Barriers to Health

Lesbian healthcare could be negatively impacted by recent anti-gay marriage laws

Ironically, a few weeks after Melissa Etheridge’s breast cancer diagnosis helped put “a lesbian face” on cancer, the same-sex marriage backlash as witnessed in the recent elections has had the side effect of negatively affecting lesbians’ access to health care.

The language in nine of the 13 state amendments passed in 2004 denying marriage to same-sex couples could be interpreted to go beyond marriage to implicate civil unions, domestic partnerships and other legal arrangements between unmarried couples, according to Carrie Evans, state legislative lawyer for the Human Rights campaign. The nine states are Arkansas, Georgia, Kentucky, Louisiana, Michigan, North Dakota, Oklahoma, Ohio and Utah.

Also in 2004, Virginia passed legislation that goes further than these amendments and could potentially affect private contracts between individuals of the same sex — partnership agreements, co-parent agreements and powers of attorney, among others.

Before any of this legislation took effect, lesbians were less likely to go to the doctor and thus more likely to be diagnosed with late-stage cancer and other serious diseases. Those who do seek medical care often pay the price. Take Micki and Peggy, a lesbian couple in their forties who have been together for 13 years and live in a small city in Virginia.

While Micki continues to be treated for breast cancer, the hospital staff refuses to treat Peggy as her spouse, even though the couple named each other on their health proxies and power of attorney. “There have been several of Micki’s surgeries when they have not come out to tell me what’s going on,” she explains. “So I sit for hours thinking she is still under when, in fact, she has been in recovery for hours or I have to find out where they’ve put her and wait outside the door.”

Peggy, who herself is a nurse, adds, “I have had to do all of Micki’s care in the hospital sometimes because the nurse working that shift didn’t want to touch her, simply because she’s a lesbian.”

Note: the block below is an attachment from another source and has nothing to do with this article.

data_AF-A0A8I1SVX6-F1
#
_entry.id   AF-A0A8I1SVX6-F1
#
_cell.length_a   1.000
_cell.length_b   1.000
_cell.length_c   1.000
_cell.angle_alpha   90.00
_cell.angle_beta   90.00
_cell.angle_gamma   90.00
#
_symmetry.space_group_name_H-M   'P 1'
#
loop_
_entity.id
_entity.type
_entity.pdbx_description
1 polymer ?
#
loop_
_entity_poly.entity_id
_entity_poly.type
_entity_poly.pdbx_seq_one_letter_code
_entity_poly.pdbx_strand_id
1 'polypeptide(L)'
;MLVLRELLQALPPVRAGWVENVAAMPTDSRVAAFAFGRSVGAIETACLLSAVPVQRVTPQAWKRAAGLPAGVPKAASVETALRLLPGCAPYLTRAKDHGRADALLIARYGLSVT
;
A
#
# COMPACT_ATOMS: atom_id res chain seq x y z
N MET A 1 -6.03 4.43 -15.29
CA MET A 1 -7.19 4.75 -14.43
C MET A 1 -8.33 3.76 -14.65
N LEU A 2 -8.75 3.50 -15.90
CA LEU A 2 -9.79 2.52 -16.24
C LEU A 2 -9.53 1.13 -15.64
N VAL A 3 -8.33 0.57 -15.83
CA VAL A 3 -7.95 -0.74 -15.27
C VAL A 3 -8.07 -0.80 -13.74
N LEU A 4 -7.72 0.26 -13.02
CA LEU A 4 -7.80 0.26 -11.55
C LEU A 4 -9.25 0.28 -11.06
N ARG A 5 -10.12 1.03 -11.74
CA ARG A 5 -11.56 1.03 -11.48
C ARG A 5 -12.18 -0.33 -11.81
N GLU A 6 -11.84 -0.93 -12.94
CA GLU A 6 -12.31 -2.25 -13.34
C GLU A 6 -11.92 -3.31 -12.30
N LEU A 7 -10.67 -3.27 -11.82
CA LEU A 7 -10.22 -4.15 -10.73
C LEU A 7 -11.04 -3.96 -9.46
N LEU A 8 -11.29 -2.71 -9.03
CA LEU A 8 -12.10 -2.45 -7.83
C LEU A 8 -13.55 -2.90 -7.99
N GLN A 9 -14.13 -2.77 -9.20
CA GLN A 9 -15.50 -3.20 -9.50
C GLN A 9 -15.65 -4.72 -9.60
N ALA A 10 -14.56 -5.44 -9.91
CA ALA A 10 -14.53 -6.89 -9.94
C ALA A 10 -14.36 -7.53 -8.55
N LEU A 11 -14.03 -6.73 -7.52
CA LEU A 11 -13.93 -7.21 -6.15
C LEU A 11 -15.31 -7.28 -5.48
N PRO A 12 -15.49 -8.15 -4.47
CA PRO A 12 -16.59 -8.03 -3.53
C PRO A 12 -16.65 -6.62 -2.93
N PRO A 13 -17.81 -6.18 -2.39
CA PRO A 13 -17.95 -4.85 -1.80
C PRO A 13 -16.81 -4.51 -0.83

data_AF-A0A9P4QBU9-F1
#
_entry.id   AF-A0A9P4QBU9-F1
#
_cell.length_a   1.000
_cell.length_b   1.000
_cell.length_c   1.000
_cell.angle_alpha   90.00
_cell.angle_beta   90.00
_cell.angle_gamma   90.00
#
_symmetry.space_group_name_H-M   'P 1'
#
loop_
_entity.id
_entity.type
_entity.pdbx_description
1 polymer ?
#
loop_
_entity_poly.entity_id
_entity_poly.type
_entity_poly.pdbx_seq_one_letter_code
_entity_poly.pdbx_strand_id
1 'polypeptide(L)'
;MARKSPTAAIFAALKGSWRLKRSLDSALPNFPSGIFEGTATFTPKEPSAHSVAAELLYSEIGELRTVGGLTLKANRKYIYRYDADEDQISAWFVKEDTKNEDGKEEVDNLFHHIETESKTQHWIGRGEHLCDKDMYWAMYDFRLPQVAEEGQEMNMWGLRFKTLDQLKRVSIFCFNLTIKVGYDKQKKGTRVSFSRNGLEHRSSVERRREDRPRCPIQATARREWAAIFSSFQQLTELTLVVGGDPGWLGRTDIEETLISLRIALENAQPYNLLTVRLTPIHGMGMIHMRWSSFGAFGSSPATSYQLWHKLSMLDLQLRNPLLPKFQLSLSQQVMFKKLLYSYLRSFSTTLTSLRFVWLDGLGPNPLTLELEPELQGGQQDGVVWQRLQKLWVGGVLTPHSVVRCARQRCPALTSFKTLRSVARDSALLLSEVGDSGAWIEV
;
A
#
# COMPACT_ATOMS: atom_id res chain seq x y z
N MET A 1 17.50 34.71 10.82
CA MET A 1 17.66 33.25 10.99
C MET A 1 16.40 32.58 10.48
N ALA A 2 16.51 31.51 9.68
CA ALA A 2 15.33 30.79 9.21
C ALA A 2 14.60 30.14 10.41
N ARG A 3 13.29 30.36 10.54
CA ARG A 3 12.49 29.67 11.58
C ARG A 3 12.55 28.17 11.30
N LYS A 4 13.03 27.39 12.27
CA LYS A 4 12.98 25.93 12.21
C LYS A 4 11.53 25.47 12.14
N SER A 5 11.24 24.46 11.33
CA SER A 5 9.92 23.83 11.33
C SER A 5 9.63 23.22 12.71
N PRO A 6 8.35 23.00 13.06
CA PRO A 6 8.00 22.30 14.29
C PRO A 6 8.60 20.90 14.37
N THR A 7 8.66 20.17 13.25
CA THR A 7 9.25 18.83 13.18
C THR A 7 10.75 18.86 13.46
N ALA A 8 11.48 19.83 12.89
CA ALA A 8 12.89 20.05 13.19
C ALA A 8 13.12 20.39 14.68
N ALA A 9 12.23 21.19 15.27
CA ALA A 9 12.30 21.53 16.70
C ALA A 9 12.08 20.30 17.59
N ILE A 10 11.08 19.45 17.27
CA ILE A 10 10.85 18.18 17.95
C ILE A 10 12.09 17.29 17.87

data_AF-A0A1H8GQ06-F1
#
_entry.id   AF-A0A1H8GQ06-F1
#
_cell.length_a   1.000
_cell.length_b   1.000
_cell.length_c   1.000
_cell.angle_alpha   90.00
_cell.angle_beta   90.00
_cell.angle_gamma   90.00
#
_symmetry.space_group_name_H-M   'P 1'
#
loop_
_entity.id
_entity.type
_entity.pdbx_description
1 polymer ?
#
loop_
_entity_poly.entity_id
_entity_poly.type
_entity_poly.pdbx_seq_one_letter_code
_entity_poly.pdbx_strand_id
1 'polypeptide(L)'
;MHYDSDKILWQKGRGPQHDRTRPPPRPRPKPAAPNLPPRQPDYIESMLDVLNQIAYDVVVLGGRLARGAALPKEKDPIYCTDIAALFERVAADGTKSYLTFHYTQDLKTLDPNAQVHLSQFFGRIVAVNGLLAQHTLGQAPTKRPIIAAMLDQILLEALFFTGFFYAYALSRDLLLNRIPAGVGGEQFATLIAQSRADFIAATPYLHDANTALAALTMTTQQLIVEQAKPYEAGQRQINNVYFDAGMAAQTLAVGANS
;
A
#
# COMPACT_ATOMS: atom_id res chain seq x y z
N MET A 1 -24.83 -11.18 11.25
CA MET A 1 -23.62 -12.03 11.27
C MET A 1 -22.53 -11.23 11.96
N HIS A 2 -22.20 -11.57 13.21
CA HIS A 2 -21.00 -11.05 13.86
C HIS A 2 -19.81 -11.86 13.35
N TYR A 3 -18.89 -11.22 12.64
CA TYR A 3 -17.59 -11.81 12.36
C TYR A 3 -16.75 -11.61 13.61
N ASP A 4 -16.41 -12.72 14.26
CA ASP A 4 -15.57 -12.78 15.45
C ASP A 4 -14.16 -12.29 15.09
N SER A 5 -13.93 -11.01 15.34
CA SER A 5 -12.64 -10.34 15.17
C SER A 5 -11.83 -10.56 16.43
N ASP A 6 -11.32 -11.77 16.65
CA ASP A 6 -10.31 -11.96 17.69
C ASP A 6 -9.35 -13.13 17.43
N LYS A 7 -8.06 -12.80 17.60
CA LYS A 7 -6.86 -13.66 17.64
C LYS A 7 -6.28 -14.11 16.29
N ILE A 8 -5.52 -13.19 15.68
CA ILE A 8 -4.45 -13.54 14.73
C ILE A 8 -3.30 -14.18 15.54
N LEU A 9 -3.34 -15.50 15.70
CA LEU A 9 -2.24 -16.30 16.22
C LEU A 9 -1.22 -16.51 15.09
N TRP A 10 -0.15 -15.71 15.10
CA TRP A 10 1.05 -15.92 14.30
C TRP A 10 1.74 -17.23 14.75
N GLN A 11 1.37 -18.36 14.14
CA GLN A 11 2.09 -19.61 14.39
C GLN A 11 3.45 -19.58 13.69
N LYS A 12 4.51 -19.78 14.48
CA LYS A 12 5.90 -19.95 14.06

Thousands of lesbians each year share Peggy and Micki’s predicament. Many have to deal with medical professionals’ insensitivity about their sexual orientation when they are at their most vulnerable or deal with the stresses of being in the closet. At first, Peggy said she tried passing herself off as Micki’s sister, but couldn’t keep up the charade.

Compounding the problem is the fact that lesbians are more negatively affected by women’s lower earning power (76 percent of what men earn) than their heterosexual counterparts. There is also a dearth of data on how many women actually identify as lesbian, let alone what their health status and health risks are.

On the bright side, D.C.’s Mautner Project, the U.S.’s only national lesbian health organization, has teamed up with the CDC’s National Breast and Cervical Cancer Early Detection Program, targeted to underserved women in all 50 states.

And there is a smattering of lesbian/feminist health projects throughout the country, including Mautner and the Whitman Walker Clinic’s Lesbian Services Program, which tend to offer such services as support groups and help with household chores while women are in treatment, and conduct sensitivity training for health workers. They provide a safe space to discuss post-treatment intimacy problems or share information about lesbian-sensitive doctors. These projects need to be better funded so they can reach every lesbian in the U.S.

Activism around lesbian health has come from some unexpected quarters. Peggy and Micki, for instance, are starting a lesbian cancer support group in their area. And I, who before being diagnosed with breast cancer in 2002 was not very political, co-founded the New York City Lesbian Cancer Support Consortium after I couldn’t find a support group in the city geared to lesbians. Only by being out can lesbians hope to get the services they need.

Etheridge has requested that in lieu of gifts, her fans send a donation to the Dr. Susan Love Research Foundation, whose namesake is a lesbian breast surgeon. Its goal is to end breast cancer in the next ten years. Wouldn’t it be nice if in that timeframe the barriers to health care faced by lesbians could be removed? Their lives depend on it.

Michele Forsten is the second place winner of the 2004 National Lesbian and Gay Journalists Association’s Sarah Pettit Memorial Prize for Excellence in LGBT Media.